Monday, July 16, 2012

This Is Where The Jobs Are (Link Round-Up 7/16/12)


Cross-border crime generates $870 billion every year
Researchers found that drug trafficking is “the most lucrative” for international crime rings, fetching them $320 billion a year.  
The $250 billion-a-year illegal counterfeiting business “is also a very high earner for organized crime groups,” the report added.  
Human trafficking generates $32 billion a year.  
The environment also continues to be taken advantage of by criminal groups, with timber trafficking in Southeast Asia bringing in $3.5 billion annually, for example, and elephant ivory, rhino horn and tiger parts illegally taken from Africa and Asia generating an annual $75 million, said the report.
The rise of American exports
A decade ago Air Tractor sold almost all its crop-dusting and fire-fighting aircraft in the United States, leaving it vulnerable both to America’s business cycle and its weather. Now, helped by federal financing, it has increased foreign sales to about half its total. Employment has more than doubled, to 270. From its home in Olney, Texas (population 3,285), Air Tractor this year will sell 40 aircraft, a fifth of its annual total, to Brazil, which needs bigger crop-dusters to expand grain sales worldwide. “If we can do it from a town that has three stop-lights and one Dairy Queen, it can be done by anyone,” says David Ickert, the chief financial officer.
The future of the American economy: glorified service jobs for glorified creative industries
Realistically, it’s going to be hard to transform an illiterate and innumerate burger flipper into an IT support specialist overnight—Per Scholas, for example, will only take applicants with a high school diploma or GED who also test at the 10th grade level or higher in math and English. So Katz also sees improving basic education—upgrading school quality and graduation rates, and channeling more graduates into post-secondary training—as essential to building a new artisan economy.
The booming temp worker economy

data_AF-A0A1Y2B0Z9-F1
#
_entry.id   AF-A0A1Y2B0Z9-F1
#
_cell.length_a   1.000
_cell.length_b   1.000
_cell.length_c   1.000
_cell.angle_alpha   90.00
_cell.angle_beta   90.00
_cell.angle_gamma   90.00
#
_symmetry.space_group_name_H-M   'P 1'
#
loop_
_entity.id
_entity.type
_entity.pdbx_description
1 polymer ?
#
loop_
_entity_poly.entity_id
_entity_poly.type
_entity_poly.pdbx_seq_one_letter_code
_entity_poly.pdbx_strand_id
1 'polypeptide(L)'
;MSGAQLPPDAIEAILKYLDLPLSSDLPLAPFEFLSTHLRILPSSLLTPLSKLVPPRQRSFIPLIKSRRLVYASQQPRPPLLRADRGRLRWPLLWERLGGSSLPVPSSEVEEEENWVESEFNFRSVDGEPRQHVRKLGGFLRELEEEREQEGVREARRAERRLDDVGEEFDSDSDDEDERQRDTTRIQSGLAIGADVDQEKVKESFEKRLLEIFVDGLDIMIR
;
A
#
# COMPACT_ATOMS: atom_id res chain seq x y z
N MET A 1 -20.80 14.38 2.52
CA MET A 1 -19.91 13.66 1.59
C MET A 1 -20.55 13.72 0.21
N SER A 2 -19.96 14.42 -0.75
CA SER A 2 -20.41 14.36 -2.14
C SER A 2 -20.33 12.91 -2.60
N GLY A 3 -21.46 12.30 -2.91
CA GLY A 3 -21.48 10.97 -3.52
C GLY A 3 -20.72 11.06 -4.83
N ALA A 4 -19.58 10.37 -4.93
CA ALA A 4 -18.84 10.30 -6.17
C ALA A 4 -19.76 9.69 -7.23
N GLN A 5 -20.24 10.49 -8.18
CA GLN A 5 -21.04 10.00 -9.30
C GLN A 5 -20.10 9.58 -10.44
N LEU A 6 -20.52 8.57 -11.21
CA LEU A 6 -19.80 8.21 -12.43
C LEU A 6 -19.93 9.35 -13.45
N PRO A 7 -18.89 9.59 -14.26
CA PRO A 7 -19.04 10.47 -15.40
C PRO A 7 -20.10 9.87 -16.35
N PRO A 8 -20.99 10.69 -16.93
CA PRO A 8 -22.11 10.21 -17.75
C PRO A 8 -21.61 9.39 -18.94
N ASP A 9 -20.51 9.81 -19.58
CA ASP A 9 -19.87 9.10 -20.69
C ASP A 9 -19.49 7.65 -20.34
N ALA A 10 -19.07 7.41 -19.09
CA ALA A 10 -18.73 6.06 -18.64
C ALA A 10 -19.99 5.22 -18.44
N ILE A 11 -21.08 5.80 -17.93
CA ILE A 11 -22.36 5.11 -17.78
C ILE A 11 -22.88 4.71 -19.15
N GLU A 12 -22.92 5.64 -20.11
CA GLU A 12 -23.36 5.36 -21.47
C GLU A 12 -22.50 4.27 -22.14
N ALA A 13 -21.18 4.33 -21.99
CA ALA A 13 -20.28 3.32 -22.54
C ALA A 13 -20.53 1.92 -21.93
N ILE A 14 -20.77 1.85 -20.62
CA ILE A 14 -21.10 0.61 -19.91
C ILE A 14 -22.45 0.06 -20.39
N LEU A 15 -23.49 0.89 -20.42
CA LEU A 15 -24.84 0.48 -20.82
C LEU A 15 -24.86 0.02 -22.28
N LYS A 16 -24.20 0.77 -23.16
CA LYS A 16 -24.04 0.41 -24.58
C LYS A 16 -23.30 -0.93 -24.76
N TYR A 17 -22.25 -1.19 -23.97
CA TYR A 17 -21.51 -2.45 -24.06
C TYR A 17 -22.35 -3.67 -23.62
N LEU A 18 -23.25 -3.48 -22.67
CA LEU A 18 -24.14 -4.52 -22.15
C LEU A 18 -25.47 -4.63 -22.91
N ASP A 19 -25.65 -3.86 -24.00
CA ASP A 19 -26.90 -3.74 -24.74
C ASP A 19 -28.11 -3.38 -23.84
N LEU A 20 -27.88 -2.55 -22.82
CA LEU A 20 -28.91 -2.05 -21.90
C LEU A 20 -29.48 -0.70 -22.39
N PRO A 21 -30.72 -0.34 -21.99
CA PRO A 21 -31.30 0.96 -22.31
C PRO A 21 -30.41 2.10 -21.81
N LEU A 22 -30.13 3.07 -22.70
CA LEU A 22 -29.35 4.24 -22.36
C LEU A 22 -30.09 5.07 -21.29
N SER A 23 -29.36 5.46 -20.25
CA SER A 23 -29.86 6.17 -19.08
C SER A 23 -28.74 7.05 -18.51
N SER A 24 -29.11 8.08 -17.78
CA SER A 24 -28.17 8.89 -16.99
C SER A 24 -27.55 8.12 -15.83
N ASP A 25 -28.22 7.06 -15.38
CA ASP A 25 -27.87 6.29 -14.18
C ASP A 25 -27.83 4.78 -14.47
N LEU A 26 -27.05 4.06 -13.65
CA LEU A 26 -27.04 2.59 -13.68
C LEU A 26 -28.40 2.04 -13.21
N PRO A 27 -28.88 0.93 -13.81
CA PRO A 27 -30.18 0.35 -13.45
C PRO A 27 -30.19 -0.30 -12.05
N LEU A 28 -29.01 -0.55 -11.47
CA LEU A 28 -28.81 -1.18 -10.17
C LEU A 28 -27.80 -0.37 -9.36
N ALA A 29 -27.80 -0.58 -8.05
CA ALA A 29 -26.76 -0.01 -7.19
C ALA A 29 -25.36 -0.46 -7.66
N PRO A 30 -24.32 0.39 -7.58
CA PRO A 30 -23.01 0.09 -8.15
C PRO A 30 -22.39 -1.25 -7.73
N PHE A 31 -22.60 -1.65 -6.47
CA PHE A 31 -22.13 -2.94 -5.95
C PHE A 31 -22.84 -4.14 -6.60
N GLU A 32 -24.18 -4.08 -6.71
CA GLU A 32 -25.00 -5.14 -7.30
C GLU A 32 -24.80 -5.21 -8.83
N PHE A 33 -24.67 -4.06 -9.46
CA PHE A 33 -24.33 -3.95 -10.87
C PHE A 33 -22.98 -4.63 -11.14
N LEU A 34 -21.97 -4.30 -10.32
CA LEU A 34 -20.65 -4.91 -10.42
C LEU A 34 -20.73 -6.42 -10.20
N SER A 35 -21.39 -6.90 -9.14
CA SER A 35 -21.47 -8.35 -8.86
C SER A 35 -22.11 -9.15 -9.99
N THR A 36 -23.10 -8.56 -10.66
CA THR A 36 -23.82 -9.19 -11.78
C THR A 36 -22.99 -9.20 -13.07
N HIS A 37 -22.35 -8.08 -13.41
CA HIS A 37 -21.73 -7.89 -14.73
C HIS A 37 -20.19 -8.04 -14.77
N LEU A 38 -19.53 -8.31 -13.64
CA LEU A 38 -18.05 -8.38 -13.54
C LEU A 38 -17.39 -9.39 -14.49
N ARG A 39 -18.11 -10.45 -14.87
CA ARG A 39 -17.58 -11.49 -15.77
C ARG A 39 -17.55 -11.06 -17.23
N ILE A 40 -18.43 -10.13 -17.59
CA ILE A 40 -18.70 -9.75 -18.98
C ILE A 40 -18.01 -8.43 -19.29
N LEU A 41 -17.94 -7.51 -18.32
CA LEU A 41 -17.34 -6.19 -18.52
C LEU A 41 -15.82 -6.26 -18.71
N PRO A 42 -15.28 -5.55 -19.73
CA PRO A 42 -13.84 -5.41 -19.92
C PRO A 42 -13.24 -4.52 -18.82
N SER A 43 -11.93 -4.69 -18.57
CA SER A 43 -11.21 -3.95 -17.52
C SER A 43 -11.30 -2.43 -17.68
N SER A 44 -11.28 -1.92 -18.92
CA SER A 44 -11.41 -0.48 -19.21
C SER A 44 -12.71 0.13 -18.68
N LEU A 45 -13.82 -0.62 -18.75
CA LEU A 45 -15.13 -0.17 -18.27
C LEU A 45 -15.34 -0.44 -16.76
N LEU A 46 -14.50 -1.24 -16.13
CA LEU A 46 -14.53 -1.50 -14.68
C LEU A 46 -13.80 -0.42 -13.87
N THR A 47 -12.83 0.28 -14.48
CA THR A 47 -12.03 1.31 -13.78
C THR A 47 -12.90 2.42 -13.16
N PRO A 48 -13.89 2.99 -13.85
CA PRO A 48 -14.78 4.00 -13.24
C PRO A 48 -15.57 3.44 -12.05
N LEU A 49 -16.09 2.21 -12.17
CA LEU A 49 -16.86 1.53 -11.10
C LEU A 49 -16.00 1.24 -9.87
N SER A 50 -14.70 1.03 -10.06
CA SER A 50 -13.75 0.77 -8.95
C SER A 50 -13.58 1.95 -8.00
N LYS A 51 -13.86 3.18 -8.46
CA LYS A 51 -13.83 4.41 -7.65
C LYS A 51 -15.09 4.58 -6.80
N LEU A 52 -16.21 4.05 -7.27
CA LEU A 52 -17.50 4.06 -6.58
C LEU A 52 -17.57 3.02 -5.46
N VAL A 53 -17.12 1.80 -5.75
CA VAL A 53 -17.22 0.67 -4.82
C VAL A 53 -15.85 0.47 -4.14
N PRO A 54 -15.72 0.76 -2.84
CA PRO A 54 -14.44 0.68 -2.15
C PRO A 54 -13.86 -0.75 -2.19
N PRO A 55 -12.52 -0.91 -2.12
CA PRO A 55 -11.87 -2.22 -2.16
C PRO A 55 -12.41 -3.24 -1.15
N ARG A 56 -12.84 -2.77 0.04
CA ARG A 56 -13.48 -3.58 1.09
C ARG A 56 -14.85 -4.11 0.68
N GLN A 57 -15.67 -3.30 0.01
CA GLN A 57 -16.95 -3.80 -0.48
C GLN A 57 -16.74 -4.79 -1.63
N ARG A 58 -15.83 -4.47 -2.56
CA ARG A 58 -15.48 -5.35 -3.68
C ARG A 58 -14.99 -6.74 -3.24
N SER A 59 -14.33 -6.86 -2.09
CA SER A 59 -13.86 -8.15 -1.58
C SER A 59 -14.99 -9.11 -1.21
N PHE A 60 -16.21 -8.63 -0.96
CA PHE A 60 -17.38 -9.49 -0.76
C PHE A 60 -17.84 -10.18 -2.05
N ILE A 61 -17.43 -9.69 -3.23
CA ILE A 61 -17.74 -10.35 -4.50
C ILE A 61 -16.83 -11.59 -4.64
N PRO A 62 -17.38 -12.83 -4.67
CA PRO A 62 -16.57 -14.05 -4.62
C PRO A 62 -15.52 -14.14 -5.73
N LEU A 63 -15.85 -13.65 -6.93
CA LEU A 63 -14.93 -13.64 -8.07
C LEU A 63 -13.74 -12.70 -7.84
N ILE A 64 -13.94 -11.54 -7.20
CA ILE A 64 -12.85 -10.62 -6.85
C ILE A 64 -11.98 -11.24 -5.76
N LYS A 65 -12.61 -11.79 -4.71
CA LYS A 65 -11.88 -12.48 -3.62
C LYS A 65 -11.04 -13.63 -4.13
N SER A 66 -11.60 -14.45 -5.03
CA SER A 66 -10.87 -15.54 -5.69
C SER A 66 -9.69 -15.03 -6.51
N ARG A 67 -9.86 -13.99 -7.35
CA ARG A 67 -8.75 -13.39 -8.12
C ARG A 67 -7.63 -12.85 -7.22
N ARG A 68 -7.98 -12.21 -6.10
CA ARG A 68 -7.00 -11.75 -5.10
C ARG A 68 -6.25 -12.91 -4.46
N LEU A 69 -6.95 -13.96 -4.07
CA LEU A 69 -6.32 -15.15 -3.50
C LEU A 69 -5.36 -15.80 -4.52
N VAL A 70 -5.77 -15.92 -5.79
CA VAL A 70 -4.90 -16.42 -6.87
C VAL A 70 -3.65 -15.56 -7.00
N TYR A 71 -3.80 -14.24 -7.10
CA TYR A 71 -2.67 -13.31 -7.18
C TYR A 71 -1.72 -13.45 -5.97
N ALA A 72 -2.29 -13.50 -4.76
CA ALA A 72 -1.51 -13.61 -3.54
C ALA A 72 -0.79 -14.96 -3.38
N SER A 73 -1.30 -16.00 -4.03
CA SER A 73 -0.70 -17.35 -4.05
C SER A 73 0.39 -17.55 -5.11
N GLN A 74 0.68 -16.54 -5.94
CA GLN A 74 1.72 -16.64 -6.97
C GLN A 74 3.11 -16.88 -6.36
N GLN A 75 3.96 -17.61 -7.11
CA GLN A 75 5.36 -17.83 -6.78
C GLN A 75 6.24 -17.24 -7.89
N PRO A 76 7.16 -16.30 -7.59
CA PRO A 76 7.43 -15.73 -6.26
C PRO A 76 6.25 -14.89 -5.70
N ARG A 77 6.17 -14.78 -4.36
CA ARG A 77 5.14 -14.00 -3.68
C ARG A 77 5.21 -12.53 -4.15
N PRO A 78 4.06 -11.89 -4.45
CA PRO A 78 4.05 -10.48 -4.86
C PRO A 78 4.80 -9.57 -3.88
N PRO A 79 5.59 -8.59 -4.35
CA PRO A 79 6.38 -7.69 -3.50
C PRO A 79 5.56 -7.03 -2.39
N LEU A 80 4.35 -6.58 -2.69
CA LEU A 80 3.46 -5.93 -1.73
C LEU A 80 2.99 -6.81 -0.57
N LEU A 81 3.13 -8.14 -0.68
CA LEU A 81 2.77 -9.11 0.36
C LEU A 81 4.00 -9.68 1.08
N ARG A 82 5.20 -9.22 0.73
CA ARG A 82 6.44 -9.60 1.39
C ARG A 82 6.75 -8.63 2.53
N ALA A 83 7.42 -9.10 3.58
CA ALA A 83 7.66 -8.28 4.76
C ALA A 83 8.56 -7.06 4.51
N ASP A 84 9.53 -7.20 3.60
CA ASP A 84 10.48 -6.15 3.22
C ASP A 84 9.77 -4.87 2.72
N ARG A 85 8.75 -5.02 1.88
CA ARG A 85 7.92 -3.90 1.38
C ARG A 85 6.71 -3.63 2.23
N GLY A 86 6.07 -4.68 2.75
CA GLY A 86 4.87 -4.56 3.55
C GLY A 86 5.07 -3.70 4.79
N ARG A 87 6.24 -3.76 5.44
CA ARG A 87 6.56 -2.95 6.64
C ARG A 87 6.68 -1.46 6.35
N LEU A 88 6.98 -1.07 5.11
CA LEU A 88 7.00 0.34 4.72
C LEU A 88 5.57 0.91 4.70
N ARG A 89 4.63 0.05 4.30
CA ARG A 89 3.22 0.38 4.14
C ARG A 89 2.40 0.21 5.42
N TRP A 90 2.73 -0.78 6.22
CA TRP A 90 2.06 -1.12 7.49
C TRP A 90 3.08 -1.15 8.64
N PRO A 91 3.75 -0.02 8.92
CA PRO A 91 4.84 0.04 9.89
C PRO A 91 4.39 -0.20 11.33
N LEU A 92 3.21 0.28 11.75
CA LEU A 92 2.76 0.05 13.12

It's not a pretty formula, but it works. With 600 offices and a workforce of 400,000—more employees than Target or Home Depot—Labor Ready is the undisputed king of the blue-collar temp industry. Specializing in "tough-to-fill, high-turnover positions," the company dispatches people to dig ditches, demolish buildings, remove debris, stock giant fulfillment warehouses—jobs that take their toll on a body. (See "I Was a Warehouse Wage Slave.") And business is booming. Labor Ready's parent company, TrueBlue, saw its profits soar 55 percent last year, to $31 million, on $1.3 billion in sales. The Bureau of Labor Statistics predicts that "employment services," which includes temporary labor, will remain among the fastest growing sectors through 2020. TrueBlue CEO Steve Cooper, who took home nearly $2 million last year, predicts "a bright future ahead."
Homeboy Industries: creating jobs for the people no one else will hire
In her book The New Jim Crow, Ohio State University law professor Michelle Alexander counts all the ways that felons, even those arrested for minor drug offenses, end up excluded from productive life. Depending on where they live, they can lose, forever, the right to vote, to serve on a jury, to receive professional licenses, and to qualify for food stamps and even financial aid for college. Alexander points to recent research by the National Employment Law Center that found Craigslist job postings for warehouse workers and pizza-delivery drivers that explicitly bar anyone who has committed a felony from applying. In Ohio, where Alexander lives, a felon can even be denied a barber’s license.
Cuba receives first US shipment in 50 years
US President Barack Obama has somewhat eased the embargo, lifting some travel restrictions and allowing Cuban Americans to send unlimited remittances back home, a significant move as 80 per cent of the estimated 1.5 million members of the Cuban diaspora live in the US.
Kenyan cellphone banking skyrockets
n 2011, the percentage of cell phone users exceeded the percentage of people over 15 years old, suggesting that most adults had mobile access. And you can see that mobile payment users now exceeds the number of people who have internet access: in other words more people are using mobile payments in Kenya than there are people browsing the web on their laptops or desktop computers.

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